a system of child labour known as "restavek" encourages poor families to send their children to wealthier acquaintances, where many end up exploited and abused. Pakistan, India, Nepal, Moldova, Benin, Ivory Coast, Gambia and Gabon have the next highest prevalence rates.
At the other end of the scale, Iceland has the lowest estimated prevalence with fewer than 100 slaves.
Next best are Ireland, Britain, New Zealand, Switzerland, Sweden, Norway, Luxembourg, Finland and Denmark, although researchers said slave numbers in such wealthy countries were higher than previously thought.
"They've been allocating resources against this crime according to the tiny handful of cases that they've been aware of," said Kevin Bales, lead researcher and a professor at the Wilberforce Institute for the Study of Slavery and Emancipation at Hull University.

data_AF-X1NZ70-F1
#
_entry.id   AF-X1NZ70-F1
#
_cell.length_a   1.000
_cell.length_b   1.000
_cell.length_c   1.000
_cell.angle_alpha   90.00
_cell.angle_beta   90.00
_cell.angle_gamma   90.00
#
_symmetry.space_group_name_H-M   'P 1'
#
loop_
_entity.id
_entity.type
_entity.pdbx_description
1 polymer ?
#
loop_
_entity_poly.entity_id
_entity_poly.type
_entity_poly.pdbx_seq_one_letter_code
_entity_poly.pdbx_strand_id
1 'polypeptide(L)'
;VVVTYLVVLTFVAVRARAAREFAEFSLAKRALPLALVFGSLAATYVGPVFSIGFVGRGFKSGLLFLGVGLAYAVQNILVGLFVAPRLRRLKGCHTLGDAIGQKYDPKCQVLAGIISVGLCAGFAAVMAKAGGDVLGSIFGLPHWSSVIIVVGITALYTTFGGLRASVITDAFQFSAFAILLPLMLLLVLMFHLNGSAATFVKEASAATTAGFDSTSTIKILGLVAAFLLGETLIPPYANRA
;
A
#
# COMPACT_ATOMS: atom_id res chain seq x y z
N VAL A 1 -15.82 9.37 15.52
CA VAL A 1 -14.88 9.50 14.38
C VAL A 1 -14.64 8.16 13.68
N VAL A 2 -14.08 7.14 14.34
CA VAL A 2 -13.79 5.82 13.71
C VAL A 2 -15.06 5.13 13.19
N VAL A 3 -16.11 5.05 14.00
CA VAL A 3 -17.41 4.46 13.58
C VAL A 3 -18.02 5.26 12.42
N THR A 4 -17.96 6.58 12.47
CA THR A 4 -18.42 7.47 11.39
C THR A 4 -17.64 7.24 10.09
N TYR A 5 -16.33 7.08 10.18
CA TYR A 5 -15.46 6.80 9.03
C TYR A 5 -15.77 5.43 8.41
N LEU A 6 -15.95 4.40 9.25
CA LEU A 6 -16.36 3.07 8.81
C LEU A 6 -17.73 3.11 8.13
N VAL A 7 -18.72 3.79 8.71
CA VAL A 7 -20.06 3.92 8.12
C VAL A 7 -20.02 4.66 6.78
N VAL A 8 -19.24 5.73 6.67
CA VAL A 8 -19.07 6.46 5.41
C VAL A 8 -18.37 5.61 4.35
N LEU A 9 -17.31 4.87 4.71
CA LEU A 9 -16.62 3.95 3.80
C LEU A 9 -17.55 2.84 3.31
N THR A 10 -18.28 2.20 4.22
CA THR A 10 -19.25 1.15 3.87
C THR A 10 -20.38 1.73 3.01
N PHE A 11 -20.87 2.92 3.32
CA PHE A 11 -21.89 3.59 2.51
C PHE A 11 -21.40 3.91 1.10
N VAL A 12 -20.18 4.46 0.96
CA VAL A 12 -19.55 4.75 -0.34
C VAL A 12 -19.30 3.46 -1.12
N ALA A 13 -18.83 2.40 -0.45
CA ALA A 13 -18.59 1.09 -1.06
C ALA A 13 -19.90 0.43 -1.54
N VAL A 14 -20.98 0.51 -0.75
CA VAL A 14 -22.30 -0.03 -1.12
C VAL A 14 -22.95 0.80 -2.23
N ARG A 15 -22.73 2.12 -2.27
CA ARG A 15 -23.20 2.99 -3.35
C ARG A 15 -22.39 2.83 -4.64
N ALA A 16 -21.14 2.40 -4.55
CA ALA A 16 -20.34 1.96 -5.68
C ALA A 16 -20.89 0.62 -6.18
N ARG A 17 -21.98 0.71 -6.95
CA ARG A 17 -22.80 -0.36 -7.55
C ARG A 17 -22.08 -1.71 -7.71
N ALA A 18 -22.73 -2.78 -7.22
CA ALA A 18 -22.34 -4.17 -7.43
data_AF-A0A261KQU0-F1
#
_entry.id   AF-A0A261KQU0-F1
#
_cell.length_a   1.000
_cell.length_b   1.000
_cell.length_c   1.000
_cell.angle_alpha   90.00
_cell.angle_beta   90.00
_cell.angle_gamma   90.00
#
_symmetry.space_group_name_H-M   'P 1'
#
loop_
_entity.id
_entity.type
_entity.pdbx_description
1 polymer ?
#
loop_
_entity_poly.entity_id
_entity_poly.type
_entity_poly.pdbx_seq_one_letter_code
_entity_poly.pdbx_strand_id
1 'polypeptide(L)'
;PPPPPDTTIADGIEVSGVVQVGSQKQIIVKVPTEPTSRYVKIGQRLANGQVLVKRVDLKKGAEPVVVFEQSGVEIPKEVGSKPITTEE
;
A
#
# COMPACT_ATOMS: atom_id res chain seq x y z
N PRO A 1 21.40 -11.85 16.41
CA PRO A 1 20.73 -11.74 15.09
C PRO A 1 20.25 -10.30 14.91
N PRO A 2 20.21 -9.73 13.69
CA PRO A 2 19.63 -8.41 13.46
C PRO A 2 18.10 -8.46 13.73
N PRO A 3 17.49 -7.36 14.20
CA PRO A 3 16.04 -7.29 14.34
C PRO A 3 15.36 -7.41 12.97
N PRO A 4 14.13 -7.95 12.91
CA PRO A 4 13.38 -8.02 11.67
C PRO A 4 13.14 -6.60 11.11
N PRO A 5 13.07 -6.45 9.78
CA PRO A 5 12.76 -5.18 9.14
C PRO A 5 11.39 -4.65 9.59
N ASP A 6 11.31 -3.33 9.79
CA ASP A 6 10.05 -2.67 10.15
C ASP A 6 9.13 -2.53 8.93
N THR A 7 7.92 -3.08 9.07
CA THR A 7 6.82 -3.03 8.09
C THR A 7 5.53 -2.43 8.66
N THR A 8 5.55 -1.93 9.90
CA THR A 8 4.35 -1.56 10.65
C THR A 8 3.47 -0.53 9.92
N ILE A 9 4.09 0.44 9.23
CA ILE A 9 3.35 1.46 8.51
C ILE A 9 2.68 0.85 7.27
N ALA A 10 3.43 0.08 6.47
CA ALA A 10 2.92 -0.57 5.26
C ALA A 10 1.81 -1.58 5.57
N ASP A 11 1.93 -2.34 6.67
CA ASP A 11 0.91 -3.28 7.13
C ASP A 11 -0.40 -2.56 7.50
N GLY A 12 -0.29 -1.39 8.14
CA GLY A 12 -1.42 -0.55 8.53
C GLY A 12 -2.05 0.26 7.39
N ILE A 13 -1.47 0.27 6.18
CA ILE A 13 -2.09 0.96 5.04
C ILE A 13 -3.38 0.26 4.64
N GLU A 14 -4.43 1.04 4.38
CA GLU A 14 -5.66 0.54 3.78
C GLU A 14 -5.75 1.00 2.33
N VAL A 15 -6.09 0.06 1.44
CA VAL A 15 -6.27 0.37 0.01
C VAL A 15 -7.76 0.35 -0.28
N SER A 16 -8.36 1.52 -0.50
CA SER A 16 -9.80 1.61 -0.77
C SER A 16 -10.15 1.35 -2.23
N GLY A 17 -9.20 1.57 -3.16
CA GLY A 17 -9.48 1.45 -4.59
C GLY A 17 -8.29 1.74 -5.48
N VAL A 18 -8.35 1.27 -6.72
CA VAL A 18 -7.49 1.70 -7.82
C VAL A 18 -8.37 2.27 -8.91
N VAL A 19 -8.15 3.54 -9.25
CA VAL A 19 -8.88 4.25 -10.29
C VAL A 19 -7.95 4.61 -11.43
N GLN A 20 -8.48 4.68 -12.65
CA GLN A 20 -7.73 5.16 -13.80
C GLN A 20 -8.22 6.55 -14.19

"Our estimates are telling them that the numbers of people in slavery - whether it's in Great Britain or Finland or wherever - in these richer countries actually tends to be about six to 10 times higher than they think it is."
Walk Free CEO Nick Grono said the annual index would serve as an important baseline for governments and activists in the anti-slavery fight.
"This kind of data hasn't been out there before," he said. "It's a multi-year effort, and next year we'll have a much better picture of where slavery is and what changes there are. If you can't measure it, you can't devise policy to address it."